was on the road recruiting during his first month on the job, Dougherty
let his returning seniors design the team's uniforms. And at the end of
the season, they'll get to keep them -- just like they do at Kansas.
they play by his rules.
not to be late for anything. Not to miss class. Not to miss tutor appointments,"
Dougherty said, ticking each off on a finger. "It's an effort to mold
them into my understanding. They're learning reliability, responsibility
and accountability and it's building leverage for them. The more they
do what I ask, the harder it will be for me to say no to them. I want
them to get their coach over a barrel."
style because that's his upbringing. The son of an Army officer in Leavenworth,
Kan., he learned discipline early.
an understanding of always driving toward a goal. There was an understanding
of being realistic but keeping a focus on what you want to do," Dougherty
recalled. "Be prepared. Be confident. I don't know if it was my father
or the military background, but it put me in position to have a deep sense
of pride, to be very competitive, to be a very analytical, thinking person.
Those were the traits Dad talked about."
learned much from his high school coach, Bob Knoll, who would drive around
Leavenworth once or twice a day checking gyms and outdoor courts to see
which of his players were working on basketball.
"If he didn't
see one of us," Dougherty said, "we knew there was a good chance he would
call that evening and say, 'I didn't see you. Are you still serious about
playing basketball here?' "
never got called.
He was always
playing, even slipping out between lifeguard shifts at the city pool to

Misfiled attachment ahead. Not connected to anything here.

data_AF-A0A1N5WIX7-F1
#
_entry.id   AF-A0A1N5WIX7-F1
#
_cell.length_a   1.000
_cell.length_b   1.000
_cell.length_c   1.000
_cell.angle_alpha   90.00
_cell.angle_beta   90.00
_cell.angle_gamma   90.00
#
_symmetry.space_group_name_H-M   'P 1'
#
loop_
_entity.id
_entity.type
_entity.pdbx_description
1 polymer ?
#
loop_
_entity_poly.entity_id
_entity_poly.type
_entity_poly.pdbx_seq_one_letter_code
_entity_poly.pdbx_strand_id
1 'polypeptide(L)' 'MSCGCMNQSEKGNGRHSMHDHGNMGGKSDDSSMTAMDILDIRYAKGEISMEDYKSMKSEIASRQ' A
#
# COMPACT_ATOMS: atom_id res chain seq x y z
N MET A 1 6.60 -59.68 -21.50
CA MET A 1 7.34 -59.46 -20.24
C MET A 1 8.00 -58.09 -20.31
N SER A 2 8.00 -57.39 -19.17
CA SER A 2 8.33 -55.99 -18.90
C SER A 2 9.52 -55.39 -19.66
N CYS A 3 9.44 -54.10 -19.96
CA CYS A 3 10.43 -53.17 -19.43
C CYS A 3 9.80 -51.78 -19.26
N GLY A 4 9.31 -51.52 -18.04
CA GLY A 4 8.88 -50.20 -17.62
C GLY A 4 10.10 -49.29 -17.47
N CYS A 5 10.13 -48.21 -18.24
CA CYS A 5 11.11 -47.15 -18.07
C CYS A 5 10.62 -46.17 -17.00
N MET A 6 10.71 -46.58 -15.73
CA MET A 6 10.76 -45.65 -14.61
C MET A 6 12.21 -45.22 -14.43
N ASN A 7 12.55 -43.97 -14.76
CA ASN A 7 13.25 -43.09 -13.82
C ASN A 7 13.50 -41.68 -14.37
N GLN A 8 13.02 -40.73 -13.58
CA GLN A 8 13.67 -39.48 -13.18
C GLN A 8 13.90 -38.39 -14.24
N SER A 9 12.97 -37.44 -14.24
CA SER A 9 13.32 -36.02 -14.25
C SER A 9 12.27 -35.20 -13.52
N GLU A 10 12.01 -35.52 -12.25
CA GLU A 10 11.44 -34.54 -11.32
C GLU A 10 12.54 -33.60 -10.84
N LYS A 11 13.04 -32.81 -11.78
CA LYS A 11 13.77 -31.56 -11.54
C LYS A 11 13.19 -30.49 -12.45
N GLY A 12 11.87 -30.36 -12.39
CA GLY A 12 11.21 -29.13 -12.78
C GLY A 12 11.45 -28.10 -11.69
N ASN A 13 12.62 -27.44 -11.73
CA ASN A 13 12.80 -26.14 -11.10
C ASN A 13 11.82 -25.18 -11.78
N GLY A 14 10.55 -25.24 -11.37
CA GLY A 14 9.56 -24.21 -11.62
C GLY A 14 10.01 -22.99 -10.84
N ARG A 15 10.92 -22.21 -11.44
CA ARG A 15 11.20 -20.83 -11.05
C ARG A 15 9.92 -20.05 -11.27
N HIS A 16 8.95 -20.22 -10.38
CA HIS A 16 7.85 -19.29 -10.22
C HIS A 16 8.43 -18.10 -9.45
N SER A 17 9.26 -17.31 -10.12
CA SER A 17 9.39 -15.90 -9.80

get in a pick-up game. He was afraid of disappointing the coach even more
than his parents.
want to let him down. I didn't want to be one of the guys he didn't see
when driving around," he said. "My friends and I would ask each other,
'Seen Coach yet today?' It was a thought that was always on our minds."
It's a lesson
still lodged in Dougherty's memory and one he tells his own children and
youths at basketball camps. Finding motivation in playing for someone
else -- a parent, a teacher, a high school coach or a wiser, older gentleman
from the neighborhood -- is a good substitute when the will is weak.
would play in another team's arena," Dougherty remembered, "Coach had
us pick out someone we did not know from the crowd and play as though,
by the end of the game, that person would think, 'Wow. That kid gave all
he had.' "
players will do the same.
admits he has much to do in Fort Worth before fall, but he is pleased
to be a Horned Frog. Other universities have tried to woo him in seasons
past, but he passed. This time, TCU was a right fit.
my name would surface for a job, I asked myself if I would want to live
there. For TCU, the answer was a big, big yes," Dougherty said. "I looked
at the program and saw it going into a new era and I could go in transition
with it. Also, TCU as a university really fits me. I really enjoyed Kansas,
but 7,000 versus 28,000 is more my personality."
He also knows
that by living in basketball-rich Texas, he won't have to travel far to
find players or snatch them from "someone else's backyard," as he is known
to say. There will be plenty to go around and he will get his share.
I can reach high school coaches and players and let them know something
very exciting is happening here," he said. "They don't have to abandon
the state any longer to find good basketball."
it, Coach. There's no place like home.
Dougherty at email@example.com